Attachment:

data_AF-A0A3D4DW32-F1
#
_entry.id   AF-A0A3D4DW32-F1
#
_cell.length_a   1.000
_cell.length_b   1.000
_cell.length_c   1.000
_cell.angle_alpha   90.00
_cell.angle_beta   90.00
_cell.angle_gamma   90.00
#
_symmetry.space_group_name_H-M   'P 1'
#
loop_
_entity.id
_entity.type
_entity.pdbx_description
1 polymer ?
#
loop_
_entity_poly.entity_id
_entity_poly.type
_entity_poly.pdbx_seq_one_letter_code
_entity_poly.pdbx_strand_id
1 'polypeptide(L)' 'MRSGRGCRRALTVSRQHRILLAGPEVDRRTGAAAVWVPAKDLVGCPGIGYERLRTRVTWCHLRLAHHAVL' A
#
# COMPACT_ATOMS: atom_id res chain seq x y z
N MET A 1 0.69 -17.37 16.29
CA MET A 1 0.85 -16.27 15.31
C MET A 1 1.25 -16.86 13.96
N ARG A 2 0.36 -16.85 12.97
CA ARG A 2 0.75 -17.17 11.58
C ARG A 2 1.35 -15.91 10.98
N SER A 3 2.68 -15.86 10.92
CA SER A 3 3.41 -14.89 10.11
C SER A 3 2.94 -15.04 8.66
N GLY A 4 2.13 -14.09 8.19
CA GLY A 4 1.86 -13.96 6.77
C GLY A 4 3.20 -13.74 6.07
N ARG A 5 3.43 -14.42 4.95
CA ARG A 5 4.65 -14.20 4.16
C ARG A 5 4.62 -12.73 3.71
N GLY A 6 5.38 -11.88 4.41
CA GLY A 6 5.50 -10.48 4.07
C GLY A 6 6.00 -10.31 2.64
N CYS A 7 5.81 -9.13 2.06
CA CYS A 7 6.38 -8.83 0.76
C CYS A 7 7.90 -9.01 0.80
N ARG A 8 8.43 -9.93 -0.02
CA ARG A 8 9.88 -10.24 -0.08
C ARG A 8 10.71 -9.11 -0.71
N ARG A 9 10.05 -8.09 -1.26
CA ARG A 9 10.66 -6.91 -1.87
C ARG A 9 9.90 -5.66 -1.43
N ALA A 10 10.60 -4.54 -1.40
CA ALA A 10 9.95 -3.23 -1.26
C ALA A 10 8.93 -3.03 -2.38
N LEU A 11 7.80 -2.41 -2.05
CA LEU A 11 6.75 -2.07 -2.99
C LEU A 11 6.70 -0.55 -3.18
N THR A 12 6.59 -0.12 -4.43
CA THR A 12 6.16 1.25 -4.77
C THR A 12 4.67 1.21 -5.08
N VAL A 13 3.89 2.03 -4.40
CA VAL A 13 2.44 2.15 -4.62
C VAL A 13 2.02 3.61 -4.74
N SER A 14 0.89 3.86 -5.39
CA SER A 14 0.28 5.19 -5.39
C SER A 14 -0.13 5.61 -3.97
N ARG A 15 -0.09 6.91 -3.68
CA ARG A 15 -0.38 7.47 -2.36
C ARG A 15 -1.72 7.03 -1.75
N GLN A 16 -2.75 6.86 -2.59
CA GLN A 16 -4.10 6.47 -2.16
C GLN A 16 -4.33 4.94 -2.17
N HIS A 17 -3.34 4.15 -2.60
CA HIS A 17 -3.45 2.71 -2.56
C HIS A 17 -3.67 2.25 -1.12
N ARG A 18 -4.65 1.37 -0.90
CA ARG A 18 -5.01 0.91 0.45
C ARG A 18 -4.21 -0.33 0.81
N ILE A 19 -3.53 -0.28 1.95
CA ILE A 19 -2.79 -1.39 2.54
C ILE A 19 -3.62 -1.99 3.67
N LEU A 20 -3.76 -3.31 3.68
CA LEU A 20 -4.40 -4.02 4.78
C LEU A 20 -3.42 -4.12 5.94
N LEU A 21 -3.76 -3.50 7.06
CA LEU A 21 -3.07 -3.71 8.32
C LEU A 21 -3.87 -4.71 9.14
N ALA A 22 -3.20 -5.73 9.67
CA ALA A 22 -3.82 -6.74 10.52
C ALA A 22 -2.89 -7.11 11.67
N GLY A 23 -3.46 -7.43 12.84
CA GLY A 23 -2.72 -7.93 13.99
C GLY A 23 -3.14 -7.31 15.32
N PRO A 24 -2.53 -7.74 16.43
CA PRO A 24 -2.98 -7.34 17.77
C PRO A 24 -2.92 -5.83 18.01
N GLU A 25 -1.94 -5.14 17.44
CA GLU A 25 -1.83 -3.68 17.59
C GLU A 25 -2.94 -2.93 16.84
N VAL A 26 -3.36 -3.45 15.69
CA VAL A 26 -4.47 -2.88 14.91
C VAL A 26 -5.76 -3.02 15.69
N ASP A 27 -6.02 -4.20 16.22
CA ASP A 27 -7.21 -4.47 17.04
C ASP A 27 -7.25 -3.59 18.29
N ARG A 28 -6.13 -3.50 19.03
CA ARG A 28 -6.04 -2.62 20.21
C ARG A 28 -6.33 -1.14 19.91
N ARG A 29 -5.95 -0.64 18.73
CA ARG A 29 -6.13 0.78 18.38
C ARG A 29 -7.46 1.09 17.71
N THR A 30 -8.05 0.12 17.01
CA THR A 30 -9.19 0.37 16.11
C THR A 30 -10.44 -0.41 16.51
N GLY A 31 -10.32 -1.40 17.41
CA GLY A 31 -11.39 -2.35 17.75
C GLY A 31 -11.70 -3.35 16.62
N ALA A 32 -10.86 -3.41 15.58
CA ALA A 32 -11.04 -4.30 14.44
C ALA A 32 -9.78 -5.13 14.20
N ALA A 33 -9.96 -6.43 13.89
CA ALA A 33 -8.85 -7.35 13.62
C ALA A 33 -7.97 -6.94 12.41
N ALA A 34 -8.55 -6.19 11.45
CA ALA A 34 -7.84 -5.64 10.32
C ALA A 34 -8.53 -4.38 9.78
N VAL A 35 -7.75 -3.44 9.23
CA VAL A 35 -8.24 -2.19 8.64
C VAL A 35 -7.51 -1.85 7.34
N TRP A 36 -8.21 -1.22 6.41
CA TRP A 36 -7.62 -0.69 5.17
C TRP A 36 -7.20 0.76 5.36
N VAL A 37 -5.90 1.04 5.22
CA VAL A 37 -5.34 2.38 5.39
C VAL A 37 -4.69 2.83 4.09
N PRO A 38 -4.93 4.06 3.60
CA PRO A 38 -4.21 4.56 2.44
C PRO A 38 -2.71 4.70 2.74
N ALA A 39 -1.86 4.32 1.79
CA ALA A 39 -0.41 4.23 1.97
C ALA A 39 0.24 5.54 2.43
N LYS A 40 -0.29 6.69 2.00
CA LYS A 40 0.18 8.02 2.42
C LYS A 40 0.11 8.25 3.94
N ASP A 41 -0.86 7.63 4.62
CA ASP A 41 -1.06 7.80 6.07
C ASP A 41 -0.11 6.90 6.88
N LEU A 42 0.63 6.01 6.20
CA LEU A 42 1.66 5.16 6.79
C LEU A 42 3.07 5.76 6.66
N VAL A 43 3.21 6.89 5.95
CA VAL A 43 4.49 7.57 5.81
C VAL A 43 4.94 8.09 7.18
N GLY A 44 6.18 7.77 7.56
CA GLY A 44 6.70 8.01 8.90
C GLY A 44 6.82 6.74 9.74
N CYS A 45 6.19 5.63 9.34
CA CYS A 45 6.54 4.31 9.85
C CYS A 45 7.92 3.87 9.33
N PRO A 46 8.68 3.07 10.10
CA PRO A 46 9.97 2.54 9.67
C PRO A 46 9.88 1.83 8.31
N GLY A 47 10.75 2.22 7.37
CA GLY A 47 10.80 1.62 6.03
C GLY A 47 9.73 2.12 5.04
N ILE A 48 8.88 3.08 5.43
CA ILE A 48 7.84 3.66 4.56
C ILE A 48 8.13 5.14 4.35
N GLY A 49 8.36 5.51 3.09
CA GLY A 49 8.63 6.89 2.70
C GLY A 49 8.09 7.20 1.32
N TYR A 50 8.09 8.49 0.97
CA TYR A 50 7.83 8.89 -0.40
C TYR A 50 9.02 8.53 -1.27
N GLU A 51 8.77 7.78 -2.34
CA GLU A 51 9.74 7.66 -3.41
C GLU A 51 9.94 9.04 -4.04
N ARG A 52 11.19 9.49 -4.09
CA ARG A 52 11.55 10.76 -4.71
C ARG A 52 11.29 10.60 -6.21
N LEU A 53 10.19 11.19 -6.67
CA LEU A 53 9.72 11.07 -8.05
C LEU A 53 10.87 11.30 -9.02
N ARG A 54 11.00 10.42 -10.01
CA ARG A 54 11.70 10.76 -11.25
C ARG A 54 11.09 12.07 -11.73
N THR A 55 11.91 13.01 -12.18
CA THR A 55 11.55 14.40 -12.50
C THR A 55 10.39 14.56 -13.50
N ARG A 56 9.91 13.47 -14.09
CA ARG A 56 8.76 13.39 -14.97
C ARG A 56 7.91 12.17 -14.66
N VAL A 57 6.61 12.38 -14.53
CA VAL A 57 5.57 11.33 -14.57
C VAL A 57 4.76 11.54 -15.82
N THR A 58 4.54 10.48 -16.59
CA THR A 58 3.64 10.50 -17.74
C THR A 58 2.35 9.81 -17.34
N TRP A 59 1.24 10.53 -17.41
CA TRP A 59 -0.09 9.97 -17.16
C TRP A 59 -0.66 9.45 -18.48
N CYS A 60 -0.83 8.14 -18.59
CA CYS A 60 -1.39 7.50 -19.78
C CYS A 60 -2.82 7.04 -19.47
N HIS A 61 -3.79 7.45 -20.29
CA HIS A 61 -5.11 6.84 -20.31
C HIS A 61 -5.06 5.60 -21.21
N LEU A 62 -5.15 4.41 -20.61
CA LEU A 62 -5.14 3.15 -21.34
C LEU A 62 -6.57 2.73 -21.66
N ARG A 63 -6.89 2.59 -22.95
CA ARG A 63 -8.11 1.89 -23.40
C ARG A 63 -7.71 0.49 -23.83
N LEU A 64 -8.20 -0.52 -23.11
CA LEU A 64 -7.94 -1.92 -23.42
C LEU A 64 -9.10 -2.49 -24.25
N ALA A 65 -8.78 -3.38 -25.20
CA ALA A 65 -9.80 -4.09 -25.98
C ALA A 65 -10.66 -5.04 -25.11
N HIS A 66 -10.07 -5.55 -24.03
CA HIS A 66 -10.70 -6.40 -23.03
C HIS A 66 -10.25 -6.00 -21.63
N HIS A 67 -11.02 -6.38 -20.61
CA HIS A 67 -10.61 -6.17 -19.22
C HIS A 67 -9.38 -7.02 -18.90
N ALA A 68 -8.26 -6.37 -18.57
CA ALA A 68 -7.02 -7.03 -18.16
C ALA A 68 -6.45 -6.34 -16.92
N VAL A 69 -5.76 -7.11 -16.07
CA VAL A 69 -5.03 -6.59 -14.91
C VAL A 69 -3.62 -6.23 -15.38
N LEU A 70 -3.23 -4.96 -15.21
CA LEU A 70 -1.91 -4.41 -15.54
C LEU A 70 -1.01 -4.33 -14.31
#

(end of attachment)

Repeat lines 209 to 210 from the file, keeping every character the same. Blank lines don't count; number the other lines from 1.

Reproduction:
CA HIS A 61 -5.11 6.84 -20.31
C HIS A 61 -5.06 5.60 -21.21